Neil Peterson had been under fire for spending thousands of dollars without public scrutiny, using a provision that gave him and the agency's chairwoman authority to sign smaller contracts without the authorization of the Transportation Corridor Agencies' board of directors.
Peterson came under criticism in recent weeks after it was revealed that he and Foothill/Eastern Transportation Corridor Agency Chairwoman Lisa Bartlett were signing off on contracts without taking those contracts to the agency's board.
On Feb. 13, the board rescinded the provision, which had been in place since 2008. The
The contracts and change orders approved by Peterson and Bartlett since last year were with three companies: Canyon Strategies, a strategic communications firm; Richard Katz Consulting; and Robert Naylor Advocacy, a lobbying firm, Telles said.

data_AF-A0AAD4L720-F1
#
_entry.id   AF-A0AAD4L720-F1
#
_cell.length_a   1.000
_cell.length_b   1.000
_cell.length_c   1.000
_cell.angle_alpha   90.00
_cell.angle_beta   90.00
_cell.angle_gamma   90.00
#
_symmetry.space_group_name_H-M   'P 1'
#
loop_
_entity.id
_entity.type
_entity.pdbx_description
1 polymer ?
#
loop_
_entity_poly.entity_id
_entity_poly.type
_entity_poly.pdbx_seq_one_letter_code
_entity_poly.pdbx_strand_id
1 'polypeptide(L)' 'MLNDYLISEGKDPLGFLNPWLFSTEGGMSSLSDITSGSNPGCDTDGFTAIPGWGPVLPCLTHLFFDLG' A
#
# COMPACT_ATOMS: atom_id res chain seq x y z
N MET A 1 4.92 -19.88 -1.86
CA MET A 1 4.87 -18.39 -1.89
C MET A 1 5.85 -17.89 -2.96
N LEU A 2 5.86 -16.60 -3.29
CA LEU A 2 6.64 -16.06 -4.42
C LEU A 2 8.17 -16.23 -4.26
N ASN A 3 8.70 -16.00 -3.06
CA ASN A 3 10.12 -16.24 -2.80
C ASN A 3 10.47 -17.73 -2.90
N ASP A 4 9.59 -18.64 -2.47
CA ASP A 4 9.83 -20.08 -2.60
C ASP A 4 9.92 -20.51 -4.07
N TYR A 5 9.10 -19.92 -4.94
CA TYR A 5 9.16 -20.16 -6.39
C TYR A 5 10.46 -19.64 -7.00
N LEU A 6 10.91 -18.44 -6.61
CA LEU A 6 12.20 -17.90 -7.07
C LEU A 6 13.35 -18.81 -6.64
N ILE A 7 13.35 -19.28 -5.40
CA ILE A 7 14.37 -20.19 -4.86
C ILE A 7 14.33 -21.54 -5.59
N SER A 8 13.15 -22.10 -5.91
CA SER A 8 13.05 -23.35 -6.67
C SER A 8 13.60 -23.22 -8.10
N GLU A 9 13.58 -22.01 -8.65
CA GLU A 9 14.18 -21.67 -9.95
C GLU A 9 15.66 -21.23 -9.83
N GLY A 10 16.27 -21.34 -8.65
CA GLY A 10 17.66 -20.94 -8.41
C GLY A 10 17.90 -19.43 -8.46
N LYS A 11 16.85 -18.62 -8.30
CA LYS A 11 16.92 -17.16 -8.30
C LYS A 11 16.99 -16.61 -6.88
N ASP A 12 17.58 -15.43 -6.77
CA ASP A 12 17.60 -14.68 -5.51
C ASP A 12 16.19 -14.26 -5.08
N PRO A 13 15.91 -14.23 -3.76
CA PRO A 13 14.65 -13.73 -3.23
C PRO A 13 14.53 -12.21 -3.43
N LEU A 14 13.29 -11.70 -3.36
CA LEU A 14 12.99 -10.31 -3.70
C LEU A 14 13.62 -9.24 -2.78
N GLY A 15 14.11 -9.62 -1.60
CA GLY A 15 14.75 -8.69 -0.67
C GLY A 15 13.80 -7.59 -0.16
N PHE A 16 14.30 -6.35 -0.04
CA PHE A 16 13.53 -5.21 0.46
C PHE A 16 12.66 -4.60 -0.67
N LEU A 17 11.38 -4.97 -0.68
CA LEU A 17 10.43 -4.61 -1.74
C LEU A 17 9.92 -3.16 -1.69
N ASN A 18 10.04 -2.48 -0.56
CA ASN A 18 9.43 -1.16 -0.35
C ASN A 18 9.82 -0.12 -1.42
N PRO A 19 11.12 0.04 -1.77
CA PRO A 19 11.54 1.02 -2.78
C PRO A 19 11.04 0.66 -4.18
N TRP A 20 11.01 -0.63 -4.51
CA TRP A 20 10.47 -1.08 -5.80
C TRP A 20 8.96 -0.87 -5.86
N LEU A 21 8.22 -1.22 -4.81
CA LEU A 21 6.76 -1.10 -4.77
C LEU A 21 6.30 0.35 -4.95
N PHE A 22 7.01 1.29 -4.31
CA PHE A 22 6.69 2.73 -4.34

Peterson, who was the head of the now-defunct Los Angeles County Transportation Commission until the early 90s, was dogged by similar criticisms during his tenure with that agency.
The Times reported in 1992 that agency's staff, led by Peterson, came under fire for routinely signing off on change orders without board approval, though agency policy allowed him to do so up to a certain amount.
The Times also reported in 1993 that Peterson, who oversaw the opening of Los Angeles’ first modern subway,
Peterson repaid personal charges that he billed on an agency credit card, according to the report.